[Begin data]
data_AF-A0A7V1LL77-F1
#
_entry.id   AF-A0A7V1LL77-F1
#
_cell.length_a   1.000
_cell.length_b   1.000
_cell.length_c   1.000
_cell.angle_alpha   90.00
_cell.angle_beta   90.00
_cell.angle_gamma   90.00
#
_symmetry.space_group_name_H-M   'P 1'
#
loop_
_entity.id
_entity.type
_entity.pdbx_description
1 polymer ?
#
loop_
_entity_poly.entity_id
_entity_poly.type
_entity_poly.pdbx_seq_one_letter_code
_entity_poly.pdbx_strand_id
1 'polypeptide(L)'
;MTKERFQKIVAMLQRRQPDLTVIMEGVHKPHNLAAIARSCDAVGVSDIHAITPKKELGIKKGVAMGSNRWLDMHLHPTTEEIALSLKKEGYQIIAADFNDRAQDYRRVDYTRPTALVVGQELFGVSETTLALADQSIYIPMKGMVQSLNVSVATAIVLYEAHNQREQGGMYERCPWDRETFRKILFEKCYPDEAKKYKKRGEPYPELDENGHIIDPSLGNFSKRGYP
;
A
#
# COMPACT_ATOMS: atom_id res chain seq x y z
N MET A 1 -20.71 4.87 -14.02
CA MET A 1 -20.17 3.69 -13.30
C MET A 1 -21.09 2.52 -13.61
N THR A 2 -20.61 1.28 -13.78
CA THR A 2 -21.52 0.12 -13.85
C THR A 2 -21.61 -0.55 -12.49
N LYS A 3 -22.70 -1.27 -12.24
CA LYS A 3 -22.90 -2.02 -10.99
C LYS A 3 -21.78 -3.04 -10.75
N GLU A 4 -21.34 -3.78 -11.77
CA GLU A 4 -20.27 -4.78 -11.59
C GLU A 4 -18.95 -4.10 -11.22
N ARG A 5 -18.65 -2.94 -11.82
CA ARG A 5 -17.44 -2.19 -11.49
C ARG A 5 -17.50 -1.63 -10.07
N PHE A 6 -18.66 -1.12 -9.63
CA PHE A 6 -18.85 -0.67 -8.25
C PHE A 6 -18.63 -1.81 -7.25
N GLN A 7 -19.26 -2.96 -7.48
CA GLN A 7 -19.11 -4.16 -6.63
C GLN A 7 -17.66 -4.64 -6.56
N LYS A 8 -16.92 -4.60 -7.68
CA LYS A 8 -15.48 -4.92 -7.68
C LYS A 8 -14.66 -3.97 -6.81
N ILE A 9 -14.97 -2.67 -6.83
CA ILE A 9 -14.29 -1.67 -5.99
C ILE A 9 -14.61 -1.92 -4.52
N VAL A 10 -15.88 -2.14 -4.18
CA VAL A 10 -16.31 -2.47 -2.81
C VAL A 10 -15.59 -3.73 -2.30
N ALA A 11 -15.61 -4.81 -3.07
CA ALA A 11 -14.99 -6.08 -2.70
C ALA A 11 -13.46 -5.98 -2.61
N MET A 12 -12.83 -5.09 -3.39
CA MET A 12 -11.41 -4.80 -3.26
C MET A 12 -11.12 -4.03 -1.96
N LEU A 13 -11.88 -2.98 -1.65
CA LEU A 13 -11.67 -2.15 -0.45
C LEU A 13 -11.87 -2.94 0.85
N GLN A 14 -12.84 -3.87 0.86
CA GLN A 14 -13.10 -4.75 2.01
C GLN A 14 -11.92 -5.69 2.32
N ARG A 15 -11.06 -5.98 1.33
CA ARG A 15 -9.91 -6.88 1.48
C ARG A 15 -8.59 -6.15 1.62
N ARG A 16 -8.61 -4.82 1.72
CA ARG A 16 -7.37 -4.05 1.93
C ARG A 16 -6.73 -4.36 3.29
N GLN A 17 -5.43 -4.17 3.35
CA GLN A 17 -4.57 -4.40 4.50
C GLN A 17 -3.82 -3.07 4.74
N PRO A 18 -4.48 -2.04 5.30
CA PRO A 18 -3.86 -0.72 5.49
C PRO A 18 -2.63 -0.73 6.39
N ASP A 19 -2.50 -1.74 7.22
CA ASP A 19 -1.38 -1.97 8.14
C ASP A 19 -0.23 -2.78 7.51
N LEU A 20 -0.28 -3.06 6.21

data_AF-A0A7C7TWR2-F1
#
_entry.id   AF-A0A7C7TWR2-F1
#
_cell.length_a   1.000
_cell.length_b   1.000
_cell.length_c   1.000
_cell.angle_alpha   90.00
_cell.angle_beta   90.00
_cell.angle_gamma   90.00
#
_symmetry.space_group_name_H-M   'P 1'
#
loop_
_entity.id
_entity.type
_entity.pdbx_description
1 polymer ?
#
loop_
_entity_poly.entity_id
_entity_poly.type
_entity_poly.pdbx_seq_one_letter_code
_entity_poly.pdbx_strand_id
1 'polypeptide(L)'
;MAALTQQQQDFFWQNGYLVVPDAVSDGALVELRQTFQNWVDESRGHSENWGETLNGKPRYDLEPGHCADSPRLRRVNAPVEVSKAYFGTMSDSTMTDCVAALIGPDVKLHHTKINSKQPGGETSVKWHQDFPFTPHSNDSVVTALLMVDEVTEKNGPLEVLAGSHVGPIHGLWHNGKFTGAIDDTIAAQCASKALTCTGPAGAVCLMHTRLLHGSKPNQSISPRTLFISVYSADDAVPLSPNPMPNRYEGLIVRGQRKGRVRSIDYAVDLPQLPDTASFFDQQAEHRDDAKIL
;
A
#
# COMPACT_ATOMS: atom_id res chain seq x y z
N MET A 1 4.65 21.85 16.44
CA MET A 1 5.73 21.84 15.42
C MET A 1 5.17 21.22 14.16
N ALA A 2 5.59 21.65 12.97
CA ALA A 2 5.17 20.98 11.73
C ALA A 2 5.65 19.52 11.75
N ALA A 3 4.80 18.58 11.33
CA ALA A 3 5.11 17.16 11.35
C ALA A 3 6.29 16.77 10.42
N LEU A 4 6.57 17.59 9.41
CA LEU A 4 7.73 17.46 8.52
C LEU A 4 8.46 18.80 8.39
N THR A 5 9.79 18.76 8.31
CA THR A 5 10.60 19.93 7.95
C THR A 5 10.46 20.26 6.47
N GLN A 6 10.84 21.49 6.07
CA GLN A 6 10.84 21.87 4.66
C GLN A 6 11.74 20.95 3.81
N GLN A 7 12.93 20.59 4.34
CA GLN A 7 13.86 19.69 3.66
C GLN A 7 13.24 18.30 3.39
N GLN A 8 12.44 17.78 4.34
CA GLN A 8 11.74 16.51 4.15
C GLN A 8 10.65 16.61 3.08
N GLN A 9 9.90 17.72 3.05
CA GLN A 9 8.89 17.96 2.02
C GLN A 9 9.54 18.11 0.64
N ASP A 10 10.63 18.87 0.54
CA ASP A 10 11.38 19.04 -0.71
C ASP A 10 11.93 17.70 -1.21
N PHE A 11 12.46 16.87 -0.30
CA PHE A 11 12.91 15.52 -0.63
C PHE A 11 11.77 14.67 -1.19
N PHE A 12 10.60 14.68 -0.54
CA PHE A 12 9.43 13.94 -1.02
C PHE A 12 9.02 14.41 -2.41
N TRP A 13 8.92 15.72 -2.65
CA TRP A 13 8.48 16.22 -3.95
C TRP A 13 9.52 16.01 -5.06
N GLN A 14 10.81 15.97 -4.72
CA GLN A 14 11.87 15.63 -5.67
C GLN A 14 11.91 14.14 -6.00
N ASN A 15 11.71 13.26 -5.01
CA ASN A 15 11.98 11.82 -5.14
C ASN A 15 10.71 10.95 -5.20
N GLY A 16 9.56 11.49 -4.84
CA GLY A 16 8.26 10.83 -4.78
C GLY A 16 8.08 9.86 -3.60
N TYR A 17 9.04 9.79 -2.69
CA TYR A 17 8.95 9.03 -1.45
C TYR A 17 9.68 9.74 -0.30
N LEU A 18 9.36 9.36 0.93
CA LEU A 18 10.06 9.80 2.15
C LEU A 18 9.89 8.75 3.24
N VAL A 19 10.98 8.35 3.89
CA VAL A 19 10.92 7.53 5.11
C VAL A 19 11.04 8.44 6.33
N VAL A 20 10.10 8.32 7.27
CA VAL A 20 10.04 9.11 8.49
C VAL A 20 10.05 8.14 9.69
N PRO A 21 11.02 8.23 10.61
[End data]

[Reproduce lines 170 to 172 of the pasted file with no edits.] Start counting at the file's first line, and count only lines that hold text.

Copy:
N LEU A 18 9.36 9.36 0.93
CA LEU A 18 10.06 9.80 2.15
C LEU A 18 9.89 8.75 3.24